I had to make a boundary in early sobriety which was extremely difficult to do. One of my best friends and I had a plan for him to visit from out of town and stay with me. We’d gotten drunk and done drugs together for years.
I got sober a short while before his visit.
I wasn’t as much afraid that I’d end up drinking with him, although that was certainly possible, as I was freaked out about the idea of him stumbling into my place and me having to deal with that.
I couldn’t have it, and I didn’t have the words and the skill to put across nuance and to engage in conversation about it.
After talking it over in group therapy, I decided I’d call him and let him know that he couldn’t stay with me. Doing something like this was a new thing in our relationship that was pretty much boundary-less.
He didn’t like it. I think he felt I was pointing a finger at him somehow. He pulled out all the stops and pressed the hell out of me on it.
But I was ready for that, in the only way I was able to at that moment. I repeated “I’m sorry if this upsets you, but I can’t get into it. I mean no offense, I just need to take care of myself.”
What can you really say to that?
All I had at my disposal was a blunt instrument. I had no capability of engaging. I got off the phone pretty quickly.
It led to some bad feelings between us for a good long while.
But I stayed sober.
Later, we patched things up.
The idea is to strap in and be ready for life to feel awkward.
One of the most important lessons I had was at a coffee shop with about 8 or so sober and single young men and women. There was something revealed between a guy and a gal that was weird, and we were all in on that part of the conversation. It was very awkward for everyone there.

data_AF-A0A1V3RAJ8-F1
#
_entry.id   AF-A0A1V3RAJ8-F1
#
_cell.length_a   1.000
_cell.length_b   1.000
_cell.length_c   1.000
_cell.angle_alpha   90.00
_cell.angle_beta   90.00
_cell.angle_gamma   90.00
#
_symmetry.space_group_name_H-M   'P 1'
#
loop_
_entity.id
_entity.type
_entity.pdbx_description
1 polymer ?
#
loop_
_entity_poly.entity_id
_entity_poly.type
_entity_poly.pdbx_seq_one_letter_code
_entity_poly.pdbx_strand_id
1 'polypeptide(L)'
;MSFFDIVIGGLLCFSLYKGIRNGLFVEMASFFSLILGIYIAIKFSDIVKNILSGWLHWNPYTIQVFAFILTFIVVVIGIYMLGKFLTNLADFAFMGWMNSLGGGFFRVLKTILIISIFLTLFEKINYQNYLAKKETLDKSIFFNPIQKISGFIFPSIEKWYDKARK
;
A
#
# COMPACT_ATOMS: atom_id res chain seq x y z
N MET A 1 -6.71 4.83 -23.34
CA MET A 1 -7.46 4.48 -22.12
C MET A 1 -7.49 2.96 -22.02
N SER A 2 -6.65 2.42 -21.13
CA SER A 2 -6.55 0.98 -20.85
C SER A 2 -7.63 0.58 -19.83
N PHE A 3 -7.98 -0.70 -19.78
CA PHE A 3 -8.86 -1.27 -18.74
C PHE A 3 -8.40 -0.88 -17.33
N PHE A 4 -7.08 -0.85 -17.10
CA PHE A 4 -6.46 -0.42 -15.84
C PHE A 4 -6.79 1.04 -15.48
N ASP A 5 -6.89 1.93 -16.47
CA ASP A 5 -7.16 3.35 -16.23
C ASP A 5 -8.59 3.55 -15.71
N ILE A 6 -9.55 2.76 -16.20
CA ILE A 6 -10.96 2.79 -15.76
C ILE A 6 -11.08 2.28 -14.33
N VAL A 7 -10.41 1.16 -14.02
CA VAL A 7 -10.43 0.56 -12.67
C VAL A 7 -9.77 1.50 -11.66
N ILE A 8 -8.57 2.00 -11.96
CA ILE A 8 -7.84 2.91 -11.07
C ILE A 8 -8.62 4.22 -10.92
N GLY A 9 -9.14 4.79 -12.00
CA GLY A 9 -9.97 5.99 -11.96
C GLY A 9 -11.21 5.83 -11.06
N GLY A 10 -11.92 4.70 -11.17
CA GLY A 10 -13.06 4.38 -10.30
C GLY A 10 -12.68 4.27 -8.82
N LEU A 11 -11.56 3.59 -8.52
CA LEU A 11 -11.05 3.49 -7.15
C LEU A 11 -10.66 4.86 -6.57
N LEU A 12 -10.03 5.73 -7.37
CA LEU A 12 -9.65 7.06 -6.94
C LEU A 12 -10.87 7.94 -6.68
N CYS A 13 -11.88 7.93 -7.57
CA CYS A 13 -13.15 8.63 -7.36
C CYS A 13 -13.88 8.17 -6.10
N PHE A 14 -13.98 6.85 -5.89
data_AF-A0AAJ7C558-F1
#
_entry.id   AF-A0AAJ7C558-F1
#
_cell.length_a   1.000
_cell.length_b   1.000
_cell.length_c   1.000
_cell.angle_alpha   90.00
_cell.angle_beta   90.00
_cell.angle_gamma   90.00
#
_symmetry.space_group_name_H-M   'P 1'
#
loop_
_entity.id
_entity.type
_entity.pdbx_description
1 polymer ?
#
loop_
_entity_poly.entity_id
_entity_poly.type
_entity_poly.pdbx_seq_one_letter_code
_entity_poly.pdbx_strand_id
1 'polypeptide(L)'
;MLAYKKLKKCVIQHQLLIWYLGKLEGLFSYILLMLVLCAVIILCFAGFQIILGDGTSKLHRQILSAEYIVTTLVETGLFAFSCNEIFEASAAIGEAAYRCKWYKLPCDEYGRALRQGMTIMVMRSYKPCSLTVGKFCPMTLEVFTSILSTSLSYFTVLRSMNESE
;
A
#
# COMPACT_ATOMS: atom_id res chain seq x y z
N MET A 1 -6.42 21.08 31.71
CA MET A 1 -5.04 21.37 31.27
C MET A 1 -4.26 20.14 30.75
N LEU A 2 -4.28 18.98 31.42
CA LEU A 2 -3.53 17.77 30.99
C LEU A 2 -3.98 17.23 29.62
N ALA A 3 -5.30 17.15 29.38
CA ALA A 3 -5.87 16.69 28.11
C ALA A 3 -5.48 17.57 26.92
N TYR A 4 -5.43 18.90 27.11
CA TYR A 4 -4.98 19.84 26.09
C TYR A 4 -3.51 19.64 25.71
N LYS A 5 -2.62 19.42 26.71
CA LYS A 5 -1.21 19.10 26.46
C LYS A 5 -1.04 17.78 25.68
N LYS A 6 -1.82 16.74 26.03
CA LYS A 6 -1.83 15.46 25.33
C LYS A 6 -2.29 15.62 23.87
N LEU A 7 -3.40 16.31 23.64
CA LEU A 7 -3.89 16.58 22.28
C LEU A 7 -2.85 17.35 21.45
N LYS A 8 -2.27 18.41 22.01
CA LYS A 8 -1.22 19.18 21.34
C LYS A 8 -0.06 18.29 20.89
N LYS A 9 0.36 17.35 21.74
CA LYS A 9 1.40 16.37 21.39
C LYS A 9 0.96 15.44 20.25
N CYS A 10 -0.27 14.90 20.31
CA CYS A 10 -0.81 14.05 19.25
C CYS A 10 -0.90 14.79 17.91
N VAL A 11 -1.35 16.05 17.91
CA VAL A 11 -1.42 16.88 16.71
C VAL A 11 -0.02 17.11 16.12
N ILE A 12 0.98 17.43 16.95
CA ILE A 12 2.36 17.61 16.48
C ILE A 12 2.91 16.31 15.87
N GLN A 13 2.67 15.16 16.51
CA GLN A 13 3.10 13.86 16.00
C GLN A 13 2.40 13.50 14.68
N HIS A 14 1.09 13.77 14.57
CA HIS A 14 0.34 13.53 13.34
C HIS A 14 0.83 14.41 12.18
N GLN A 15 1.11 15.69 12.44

But, it was awesome because there was some quiet. Then someone spoke up and said, “Wow, this is awkward.”
It was. The moment passed. We moved on and the conversation and coffee flowed, and no one drank and no one died.
I learned that night that feeling awkward is OK. I don’t have to fix it or cover it up with a drink.
That was huge, and it helped me because there was more awkwardness to come as I learned to live in my new skin. I didn’t have to run from it.
I had to learn a lot of basic stuff. My Dad was a fix-it type of guy, and he did a lot of terrific work with antiques, and with our house and our cars.
It still makes me sad that I didn't hang out with him and work together and learn things and make things.
I was more interested in running off to get high and drunk.
When I got sober, I had to learn some simple things, like how to use a drill and what hardware to get. How to put up shelves and to use electric saws properly.
I determined that I wouldn't let embarrassment hinder me from asking for help. If I hadn't learned something, I hadn't learned it. Nothing I could do about that, but I could try to learn today.
If you’re early in sobriety, be kind to yourself, and be patient.
And if you know someone who is new to sobriety, try not to expect too much of them. If they’re staying sober, that’s amazing.
The brain and body are healing.
The psyche is busy creating an entirely new definition of self.
The past is close behind, and the future feels far away.
And a lot of detritus from the dark days is still swirling around.
Alcohol is a depressant, and it becomes a crutch.
Remove the crutch, and one has to learn to walk anew.
It’s OK. In fact, it’s great.